Between Light and Darkness


The subject of James Gilroy's current exhibit is not a personal drama, but rather a personal look at a collective tragedy, that of September 11th. Living a few blocks from the World Trade Center, on the 35th floor, from his window on the world, Gilroy witnessed the unrepresentable. He witnessed it from such a close distance that it was hard for him to tell whether it was something he dreamed or actually saw. In fact, it was both of these at once. It was not the first time Gilroy had seen people jumping out of New York skyscrapers. For since the age of thirteen, fate had cruelly chosen him for a role he had not chosen himself, that of witness to scenes of human bodies falling to their deaths. Well before September 11th, after a period of figurative representation, the falling-dancing figures became progressively distilled in Gilroy's painting, to the point where for the last five years it has veritably haunted his work.

After September 11th, the personal drama was transformed into a collective tragedy. James Gilroy has not sought to reproduce the collapse of the Twin Towers, but rather to render it visible, first and foremost through its architectural dimension. Let us forget, then, the usual way in which we saw, and re-saw, the tragedy. Gilroy invites us to see in a different way what the repeated televised images rendered invisible. His eye was able to grasp its fulminating bursts of light, those which escaped our glance, and in grasping them, he invites us to revisit a September 11th written in cobalt blue on greying white.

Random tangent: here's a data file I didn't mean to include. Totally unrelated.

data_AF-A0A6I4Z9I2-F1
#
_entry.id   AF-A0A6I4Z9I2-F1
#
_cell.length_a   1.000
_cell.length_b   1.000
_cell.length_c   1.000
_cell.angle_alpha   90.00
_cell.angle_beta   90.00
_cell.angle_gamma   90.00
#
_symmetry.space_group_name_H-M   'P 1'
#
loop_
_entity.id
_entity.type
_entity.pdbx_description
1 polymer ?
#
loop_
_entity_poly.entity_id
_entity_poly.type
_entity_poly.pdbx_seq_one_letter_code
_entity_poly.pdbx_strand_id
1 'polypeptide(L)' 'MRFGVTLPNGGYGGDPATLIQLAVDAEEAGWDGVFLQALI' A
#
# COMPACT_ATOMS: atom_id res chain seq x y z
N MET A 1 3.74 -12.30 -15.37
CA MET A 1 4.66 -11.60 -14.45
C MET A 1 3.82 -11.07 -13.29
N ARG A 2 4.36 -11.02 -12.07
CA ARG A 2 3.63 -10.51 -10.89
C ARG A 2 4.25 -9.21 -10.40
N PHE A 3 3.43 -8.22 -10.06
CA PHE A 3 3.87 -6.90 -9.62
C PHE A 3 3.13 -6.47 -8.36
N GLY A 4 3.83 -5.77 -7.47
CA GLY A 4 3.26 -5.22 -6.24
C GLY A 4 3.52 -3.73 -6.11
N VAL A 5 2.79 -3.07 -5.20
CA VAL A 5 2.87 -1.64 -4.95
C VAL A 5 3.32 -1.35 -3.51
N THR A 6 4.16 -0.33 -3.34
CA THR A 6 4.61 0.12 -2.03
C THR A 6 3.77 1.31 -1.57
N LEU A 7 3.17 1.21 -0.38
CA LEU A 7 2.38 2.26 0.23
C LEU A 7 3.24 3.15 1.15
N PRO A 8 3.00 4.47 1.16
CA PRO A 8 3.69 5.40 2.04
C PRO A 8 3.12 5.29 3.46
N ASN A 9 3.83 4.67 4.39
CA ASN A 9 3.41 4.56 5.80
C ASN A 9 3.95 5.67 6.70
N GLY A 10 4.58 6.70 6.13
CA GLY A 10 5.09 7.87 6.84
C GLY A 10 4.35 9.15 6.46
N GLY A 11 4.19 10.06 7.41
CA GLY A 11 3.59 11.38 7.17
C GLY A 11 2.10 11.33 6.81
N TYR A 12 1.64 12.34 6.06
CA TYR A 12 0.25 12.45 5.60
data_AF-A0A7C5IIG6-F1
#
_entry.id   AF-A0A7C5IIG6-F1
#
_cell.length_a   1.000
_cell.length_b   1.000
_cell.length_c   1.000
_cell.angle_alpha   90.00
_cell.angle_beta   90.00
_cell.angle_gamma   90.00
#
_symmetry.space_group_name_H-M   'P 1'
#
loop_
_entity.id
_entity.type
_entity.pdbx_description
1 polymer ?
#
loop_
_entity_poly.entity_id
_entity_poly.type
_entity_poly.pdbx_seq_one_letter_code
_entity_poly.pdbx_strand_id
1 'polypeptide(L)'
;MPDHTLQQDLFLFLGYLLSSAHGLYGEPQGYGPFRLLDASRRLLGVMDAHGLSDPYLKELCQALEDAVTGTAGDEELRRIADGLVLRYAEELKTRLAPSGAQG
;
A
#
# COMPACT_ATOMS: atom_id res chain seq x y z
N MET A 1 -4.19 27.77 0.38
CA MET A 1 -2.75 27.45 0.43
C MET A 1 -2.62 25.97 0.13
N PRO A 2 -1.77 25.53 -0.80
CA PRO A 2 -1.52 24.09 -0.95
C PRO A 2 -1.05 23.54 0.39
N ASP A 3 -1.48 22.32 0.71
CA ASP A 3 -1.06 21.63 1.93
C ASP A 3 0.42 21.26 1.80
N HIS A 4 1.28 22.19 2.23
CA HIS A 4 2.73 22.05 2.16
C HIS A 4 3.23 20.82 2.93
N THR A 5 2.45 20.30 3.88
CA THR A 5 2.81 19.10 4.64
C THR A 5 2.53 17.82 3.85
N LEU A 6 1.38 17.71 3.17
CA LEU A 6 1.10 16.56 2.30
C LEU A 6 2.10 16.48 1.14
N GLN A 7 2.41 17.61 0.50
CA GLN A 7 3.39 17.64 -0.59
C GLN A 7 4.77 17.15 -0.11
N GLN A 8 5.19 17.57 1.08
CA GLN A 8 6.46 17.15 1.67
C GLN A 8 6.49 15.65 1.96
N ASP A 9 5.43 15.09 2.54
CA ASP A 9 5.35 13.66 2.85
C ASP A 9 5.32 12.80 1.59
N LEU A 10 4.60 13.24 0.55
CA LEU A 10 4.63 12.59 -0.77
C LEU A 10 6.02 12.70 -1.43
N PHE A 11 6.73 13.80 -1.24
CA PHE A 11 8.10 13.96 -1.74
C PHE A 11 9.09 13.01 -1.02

This exhibit of James Gilroy's work is outstanding in its ability to bring out the true colors, or anti-colors, of the tragedy. But in doing so it conveys neither trepidation nor morbidity, even less any kind of voyeurism, but rather an intense, luminous profundity. A deep, fortified cobalt blue predominates, the same cobalt color that Vincent Van Gogh once qualified as divine, so much is evoked the infinite. From thence comes the solemnity of this exhibit, bringing us to the essential question: the eternal struggle between light and darkness.

However, it would be incorrect to regard James Gilroy's exhibit as merely topical. Despite its direct link to reality, it is work that goes way beyond that of the simple onlooker. The fall, which has haunted his painting for years, is both real and symbolic. The free fall of men from buildings is also the decline of humanity, and collapse of the human edifice. James Gilroy is undoubtedly grappling with the unbearable reality that humankind cannot escape the laws of gravity; Human being never cease to fall, to fall lower than the earth itself Yet we absolutely must entertain the illusion that man, or what will remain of this endangered species, will one day find a way to fall -- upward.

As for James Gilroy's future, it can only be one of light and ascension.

Aicha Elbasri
New York
10 Sept 2002.
Author of I 'lmaginaire carceral de Jean Genet.
Translated from French by Dr. Mary Hudson.




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